Birthday Gift Ideas for Hepatitis Patients

Ways to Make Hepatitis Patients Feel Special on their Birthday

There are so many people celebrating their birthdays around the world each day. It is one of the most meaningful events in a person’s life. This may be the time of the year when the whole family gathers, friends arrive out of nowhere, and gifts are exchanged. Going to restaurants and savoring a variety of foods are among the treats for the celebrant. This is a great idea when one’s health doesn’t limit the person.

  However, what if a person is suffering from an illness, specifically hepatitis?

Observing a birthday is not only for the healthy. Though negative health conditions may tend to separate patients from fitter people, birthdays are equally important to them. They shouldn’t be deprived of an opportunity to feel recognized and loved. With their situation, they need that all the more. If you are helping them celebrate their birthday, have you ever considered what could be the right birthday gifts for hepatitis patients? Inappropriate gift selection might just cause them more sorrow than happiness. Here are some birthday gift ideas you should consider:

  • TLC (Tender Loving Care):  If you think this isn’t important, you may be mistaken. This is actually the most essential and lasting gift anyone can give even though it is rarely penned down. While there are a lot of tangibles that can be bought in the department store and wrapped as a birthday present, nothing beats the ultimate emotional touch. In fact, all of the tangible manifestations of giving gifts come from the heart. More than anything else, hepatitis patients have to feel that they still have their rank in the family or group, no matter how severe their disease might be. You don’t have to make things complicated when it comes to your gifting choices. Make the patient feel that you are there for him, especially if you’ve been too busy to give them your time. Talk with them, assist them, alleviate their depression, or just be with them throughout the day. The patient will surely feel valued on his special day.
  • Liver-friendly food items: Although another great treat is food, be careful though, as that shouldn’t be the usual birthday piece. Don’t just take your loved one with hepatitis to your favorite steak house. He might just eat something that could aggravate his condition. It’s best to know what food you should cook for his special day. The following points serve as a guide.  Low-protein foods: This is the reason why carelessly bringing them to your favorite fast food joint or celebrating this unique day in restaurants isn’t always  the best idea. Usually, food houses have a primarily meat-based menu. As everybody knows, meats are rich sources of protein, which are direct risk factors to liver infection. Braising out a personal recipe that won’t contribute to the inflammation of the patient’s digestive organs is a better notion. Be sure to stay mindful of your ingredients to avoid giving him pain. Consult the doctor or a certified nutritionist for recommendations if you aren’t sure. Cookbooks for people with this illness are also available.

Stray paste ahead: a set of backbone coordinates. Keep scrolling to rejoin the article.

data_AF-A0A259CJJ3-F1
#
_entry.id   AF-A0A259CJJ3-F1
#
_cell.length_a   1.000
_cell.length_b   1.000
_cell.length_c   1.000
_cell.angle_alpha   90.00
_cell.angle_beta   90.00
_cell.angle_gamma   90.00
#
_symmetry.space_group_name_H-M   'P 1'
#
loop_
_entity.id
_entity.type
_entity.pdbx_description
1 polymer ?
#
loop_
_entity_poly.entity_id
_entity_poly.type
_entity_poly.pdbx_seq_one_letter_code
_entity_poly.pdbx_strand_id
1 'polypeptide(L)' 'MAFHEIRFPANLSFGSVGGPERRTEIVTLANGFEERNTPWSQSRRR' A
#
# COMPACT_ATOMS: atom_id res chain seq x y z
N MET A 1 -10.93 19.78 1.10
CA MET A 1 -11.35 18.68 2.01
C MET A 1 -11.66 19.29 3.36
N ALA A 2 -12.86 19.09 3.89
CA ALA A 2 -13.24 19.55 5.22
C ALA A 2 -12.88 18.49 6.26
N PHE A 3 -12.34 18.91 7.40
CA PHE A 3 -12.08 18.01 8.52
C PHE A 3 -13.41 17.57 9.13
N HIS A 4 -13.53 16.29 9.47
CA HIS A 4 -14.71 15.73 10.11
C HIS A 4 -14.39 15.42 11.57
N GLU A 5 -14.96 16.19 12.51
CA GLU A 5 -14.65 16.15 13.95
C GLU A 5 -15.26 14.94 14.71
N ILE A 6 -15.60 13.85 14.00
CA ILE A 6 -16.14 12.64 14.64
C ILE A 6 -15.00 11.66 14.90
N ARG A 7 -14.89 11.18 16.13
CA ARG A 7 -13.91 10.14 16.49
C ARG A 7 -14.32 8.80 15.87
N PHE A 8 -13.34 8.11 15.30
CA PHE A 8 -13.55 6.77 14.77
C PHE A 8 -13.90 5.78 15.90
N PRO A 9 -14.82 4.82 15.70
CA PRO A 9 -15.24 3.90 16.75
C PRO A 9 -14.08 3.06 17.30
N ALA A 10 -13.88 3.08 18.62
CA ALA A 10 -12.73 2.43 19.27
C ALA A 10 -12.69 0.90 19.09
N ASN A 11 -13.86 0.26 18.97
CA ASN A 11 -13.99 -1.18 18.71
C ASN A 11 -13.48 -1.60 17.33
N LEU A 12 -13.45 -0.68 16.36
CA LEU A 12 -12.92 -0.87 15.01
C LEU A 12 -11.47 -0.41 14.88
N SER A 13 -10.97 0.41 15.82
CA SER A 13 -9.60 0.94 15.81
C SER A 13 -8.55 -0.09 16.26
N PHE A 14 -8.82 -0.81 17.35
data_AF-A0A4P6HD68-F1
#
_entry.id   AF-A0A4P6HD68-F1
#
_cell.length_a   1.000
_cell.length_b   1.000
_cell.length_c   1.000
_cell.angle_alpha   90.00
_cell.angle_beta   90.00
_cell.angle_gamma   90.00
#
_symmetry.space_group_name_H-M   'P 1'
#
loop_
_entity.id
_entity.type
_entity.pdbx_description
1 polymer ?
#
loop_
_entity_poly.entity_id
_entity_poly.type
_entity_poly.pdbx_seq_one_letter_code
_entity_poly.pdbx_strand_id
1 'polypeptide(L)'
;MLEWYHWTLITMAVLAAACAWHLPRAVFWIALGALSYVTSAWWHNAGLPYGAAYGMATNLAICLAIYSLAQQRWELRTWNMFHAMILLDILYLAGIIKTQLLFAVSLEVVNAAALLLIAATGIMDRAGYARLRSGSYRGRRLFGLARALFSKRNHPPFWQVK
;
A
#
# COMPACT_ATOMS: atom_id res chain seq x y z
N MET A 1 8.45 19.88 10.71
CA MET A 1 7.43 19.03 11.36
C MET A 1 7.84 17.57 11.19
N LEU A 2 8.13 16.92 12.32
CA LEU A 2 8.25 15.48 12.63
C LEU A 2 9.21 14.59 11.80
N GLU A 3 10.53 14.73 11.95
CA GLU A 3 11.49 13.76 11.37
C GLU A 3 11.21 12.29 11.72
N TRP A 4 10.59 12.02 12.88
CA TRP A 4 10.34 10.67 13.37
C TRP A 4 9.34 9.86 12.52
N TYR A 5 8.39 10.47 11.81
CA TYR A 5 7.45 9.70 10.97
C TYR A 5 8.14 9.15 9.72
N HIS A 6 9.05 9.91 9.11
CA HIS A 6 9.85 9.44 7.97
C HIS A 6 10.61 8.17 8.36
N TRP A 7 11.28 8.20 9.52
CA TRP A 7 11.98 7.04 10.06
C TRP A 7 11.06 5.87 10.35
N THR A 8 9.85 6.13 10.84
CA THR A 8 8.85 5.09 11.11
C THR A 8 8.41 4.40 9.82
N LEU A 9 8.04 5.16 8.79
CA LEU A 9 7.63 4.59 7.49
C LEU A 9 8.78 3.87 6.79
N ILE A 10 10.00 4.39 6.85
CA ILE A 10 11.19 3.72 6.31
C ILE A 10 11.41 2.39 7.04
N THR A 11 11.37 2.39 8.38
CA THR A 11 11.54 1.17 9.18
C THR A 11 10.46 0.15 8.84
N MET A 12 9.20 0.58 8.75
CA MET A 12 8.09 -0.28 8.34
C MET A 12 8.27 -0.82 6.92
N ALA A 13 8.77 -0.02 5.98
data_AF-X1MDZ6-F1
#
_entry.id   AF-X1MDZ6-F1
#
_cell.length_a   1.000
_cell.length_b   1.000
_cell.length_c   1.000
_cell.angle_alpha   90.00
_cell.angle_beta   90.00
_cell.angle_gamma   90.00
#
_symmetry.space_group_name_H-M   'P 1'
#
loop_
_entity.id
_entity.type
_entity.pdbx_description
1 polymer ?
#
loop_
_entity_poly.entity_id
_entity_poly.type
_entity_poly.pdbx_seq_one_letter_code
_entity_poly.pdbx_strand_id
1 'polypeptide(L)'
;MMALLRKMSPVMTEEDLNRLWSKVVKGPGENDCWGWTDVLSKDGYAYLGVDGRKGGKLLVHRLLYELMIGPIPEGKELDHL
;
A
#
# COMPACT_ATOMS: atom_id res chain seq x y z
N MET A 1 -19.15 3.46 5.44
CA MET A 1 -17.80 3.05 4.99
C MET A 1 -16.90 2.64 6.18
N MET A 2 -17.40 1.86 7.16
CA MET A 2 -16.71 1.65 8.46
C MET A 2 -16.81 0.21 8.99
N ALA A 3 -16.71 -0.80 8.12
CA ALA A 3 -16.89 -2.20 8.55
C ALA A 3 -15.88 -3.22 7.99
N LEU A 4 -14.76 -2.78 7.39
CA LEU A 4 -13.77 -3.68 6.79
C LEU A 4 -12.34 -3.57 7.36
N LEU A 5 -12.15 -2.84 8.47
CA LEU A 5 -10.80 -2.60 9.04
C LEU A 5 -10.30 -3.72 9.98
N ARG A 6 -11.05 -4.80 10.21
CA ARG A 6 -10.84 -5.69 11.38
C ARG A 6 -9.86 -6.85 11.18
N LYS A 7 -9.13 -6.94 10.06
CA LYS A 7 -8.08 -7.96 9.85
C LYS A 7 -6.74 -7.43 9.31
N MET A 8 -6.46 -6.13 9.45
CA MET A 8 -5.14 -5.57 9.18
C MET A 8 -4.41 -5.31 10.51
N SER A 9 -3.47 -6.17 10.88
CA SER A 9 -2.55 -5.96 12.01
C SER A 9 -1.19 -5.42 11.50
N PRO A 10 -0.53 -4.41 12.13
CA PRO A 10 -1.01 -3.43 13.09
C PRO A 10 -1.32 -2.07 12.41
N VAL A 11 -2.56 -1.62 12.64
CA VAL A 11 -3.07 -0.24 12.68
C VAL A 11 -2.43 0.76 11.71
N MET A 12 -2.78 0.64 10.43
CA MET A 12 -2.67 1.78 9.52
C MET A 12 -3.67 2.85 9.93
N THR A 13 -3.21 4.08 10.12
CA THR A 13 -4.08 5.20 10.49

• Massage therapy: Hepatitis patients, specifically those who constantly receive interferon shots, usually experience flu-like symptoms. These are common side-effects of the medication. When the patient’s birthday comes around, why not include visiting a massage or a spa clinic as one of your presents for them? This is a great way to downgrade the body aches they experience throughout their treatment. Let them encounter total body relaxation for their special day or provide them with a gift certificate for these services.
  • Take them to support groups that care and value people who are going through the same hurdles. Though you may be unaware of it, suffering from hepatitis may cause anxiety and depression. Even if the patient does not show it, it is often deep within them. In this regard, another birthday treat could be bringing him to a group of people that actually appreciate how he feels. Support groups, counselors, and survivors are possible people they could talk to offer them hope and encouragement to surpass hepatitis.

    In the end, everyone likes birthday gifts, but some gifts just aren’t suitable for everyone. If you are planning to reward your loved one who has the said illness, the above encouragements should prove useful in the long term.


    Ootes ST, Pols AJ, Tonkens EH, Willems DL. Opening the gift: social inclusion, professional codes and gift-giving in long-term mental healthcare. Cult Med Psychiatry. 2013 Mar;37(1):131-47.

    Smolar AI. When we give more: reflections on intangible gifts from therapist to patient. Am J Psychother. 2003;57(3):300-23.

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